There is a potential for disaster involving agents, buyers, and sellers every time a deal approaches the closing table. Chicago real estate attorney and first-time homebuyer instructor Ranj Mohip calls refers to these situations as “post-close nightmares.” When the seller doesn’t disclose history, the buyer doesn’t reveal their full plans for the property or the agent doesn’t ask enough questions, Mohip usually gets a call.
“Anytime there is a problem with a post-close issue, somebody didn’t do something they were supposed to do. Sometimes, it’s the attorney. Sometimes, the agent. Sometimes, the client,” he said.
Chuck Roush, productivity coach with Keller Williams Realty Memorial in Houston agrees. There are many things the buyer, the seller, and the agent can do to prevent post-close nightmares, said Roush, who trains agents to do it right the first time as yet another way to get referrals and repeat business.
Roush noted that real estate professionals can help buyers and sellers by advising them to always hire a Realtor for representation, close at a title company, get title insurance and get a residential service contract. “Buyers should always do a final walk-through before closing and have repairs done by the seller inspected again by a licensed inspector,” said Rousch. “Sellers should hire only licensed contractors or service providers in the specific trade to complete repairs negotiated with a buyer.”
To protect yourself and your client, Rousch advises agents always get everything in writing through clear and specific emails. And, as the coach noted, loyalty to a client should never trump one’s ethical and legal responsibility to do the right thing, obey the law and urge your clients to do the same. “Work only with pre-qualified buyers and sellers who are willing to listen to your professional advice,” he said. “Be prepared to walk away from a client who is wanting to do something unethical or illegal.”
Learning — and applying — buyer intent
Mohip recalls the woman who fell in love with a condo and spent all her money to land the unit. She learned after moving in that the darling 95-pound Mastiff she’d owned since he was a puppy, would not make the cut. The homeowners association board had a 25-pound limit on pooches and sent her a letter telling her to get rid of the dog.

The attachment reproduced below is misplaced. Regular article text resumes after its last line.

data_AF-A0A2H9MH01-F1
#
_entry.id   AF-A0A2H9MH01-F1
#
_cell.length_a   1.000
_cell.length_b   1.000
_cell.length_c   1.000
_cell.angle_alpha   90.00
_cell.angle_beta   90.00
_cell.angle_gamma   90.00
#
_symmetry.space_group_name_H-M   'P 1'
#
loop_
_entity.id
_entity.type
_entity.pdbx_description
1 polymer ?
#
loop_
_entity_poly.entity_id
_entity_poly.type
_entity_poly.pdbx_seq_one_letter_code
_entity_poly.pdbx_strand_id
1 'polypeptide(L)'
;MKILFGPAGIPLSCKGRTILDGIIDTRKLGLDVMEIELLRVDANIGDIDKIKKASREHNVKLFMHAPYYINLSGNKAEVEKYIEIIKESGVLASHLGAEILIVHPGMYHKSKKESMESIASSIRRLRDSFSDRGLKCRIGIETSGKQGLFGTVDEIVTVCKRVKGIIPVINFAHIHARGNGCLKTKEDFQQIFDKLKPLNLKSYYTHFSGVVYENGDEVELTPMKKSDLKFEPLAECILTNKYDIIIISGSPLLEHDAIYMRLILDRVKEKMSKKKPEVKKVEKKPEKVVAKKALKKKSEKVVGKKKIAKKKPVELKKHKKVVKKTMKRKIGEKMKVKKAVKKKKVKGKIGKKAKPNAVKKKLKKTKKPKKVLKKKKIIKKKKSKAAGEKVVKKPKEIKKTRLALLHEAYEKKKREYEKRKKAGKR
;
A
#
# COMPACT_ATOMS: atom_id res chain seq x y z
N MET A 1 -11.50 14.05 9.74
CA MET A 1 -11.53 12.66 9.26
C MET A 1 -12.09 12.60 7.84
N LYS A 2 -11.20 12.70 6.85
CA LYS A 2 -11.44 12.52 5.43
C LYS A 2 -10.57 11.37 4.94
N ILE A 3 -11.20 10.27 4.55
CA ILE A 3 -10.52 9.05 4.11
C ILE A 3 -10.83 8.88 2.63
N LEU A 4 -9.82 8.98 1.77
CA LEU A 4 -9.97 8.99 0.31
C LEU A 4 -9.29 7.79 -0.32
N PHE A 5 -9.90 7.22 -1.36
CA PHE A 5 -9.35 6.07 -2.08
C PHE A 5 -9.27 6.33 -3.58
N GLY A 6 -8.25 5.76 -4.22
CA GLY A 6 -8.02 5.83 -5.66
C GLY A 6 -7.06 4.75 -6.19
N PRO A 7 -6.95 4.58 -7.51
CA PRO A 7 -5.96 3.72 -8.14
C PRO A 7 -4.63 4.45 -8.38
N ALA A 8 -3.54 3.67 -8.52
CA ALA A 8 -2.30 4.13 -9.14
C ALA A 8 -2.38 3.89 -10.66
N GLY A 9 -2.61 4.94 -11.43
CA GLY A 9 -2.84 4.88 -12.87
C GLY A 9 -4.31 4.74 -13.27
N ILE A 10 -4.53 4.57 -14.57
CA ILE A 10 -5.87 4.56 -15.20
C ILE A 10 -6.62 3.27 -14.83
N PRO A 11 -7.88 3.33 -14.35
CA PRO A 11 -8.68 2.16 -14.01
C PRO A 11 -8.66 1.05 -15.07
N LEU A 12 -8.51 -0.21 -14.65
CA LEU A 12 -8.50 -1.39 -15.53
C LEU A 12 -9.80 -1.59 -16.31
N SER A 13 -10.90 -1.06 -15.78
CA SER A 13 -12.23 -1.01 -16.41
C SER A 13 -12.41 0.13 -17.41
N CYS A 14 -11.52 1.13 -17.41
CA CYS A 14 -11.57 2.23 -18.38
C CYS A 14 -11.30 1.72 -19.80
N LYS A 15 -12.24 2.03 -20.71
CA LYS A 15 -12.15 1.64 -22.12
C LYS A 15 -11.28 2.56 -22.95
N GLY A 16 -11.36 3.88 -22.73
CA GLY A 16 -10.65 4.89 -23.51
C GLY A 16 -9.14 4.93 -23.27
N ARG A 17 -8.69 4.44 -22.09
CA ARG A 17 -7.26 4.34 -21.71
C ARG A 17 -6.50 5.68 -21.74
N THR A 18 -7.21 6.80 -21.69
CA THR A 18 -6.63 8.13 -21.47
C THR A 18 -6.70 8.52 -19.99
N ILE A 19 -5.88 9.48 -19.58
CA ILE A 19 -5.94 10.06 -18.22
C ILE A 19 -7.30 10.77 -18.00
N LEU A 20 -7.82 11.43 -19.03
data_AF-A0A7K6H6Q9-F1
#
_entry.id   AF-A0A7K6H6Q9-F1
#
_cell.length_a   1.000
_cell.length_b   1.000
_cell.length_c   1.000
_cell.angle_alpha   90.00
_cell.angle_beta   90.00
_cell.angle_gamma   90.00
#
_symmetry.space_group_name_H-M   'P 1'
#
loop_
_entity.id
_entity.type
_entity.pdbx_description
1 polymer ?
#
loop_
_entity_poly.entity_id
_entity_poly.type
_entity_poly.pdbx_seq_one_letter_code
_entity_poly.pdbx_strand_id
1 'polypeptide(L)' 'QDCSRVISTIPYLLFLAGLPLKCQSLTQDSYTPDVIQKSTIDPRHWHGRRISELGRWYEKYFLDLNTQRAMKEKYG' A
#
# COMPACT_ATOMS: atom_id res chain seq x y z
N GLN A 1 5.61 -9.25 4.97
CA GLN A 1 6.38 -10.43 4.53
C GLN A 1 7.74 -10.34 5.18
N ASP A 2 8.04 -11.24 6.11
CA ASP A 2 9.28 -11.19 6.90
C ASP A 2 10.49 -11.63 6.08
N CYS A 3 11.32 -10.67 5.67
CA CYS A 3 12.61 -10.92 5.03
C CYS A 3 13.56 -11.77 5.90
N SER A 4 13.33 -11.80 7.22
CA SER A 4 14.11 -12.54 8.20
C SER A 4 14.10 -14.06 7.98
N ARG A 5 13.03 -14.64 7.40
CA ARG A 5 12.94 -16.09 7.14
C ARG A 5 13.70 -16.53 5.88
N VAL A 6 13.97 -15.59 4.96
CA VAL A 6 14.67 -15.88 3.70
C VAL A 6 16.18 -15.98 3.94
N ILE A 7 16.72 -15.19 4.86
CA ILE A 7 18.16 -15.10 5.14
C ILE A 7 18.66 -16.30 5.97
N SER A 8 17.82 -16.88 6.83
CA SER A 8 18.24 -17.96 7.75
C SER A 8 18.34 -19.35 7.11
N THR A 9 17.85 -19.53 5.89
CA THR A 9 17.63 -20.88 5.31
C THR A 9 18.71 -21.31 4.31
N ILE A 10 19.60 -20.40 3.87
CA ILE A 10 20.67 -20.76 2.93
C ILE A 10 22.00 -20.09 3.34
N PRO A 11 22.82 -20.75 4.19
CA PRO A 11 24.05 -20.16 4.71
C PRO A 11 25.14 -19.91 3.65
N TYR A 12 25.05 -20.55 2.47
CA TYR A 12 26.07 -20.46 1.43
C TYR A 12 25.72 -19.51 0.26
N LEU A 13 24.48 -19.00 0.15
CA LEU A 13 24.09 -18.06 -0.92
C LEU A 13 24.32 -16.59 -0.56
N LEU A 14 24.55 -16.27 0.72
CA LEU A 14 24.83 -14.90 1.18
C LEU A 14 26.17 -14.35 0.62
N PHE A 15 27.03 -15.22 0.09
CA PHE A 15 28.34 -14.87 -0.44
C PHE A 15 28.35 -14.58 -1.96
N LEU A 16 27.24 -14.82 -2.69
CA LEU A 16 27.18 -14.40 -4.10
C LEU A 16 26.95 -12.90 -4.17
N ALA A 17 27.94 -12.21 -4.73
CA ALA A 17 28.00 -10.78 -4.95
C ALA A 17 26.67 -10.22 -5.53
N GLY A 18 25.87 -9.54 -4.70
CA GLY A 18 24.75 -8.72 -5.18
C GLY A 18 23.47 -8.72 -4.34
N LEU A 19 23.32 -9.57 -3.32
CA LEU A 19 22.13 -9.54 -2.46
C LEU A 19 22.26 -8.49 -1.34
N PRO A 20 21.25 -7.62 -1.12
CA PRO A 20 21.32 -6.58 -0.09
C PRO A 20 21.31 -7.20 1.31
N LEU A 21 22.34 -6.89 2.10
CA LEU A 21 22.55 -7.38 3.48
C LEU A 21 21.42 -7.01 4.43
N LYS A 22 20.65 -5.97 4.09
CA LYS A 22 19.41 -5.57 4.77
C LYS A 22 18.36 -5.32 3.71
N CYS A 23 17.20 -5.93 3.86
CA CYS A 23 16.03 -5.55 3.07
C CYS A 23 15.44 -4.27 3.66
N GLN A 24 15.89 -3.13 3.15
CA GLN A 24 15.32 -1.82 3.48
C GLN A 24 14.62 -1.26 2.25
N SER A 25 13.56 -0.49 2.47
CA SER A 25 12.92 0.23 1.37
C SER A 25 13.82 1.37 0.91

Heartbroken, the woman tried rallying support from her new neighbors. She sat outside her home waiting for other dog owners to appear and gave them a letter written by Mohip, with a picture of her dog as a pup. In the end, she was able to keep her dog, paying a small fine and agreeing to limitations on when she could bring the animal in or out of the unit.
While this deal ended up working out, Mohip noted that all this trouble could have been addressed early on with questions before the sale. “Now you are negotiating from a point of weakness,” he said about his client’s position.
Getting the details before close is essential to getting the keys to a home without any static. Mohip said asking the client their plans for the home; making them aware of deed or condo advisory board restrictions; and insisting on surveys, inspections, title searches, building code violations, property fines and insurance are all essential in avoiding most problems.
Mohip had a client from Florida who was eager to spend $2 million in cash for multiple condos in Chicago in order to turn around and rent them out as short-term rentals but did not disclose that plan ahead of time. Mohip gave him the paperwork about STR restrictions, but the client didn’t read see the fact that leases under nine months were not allowed.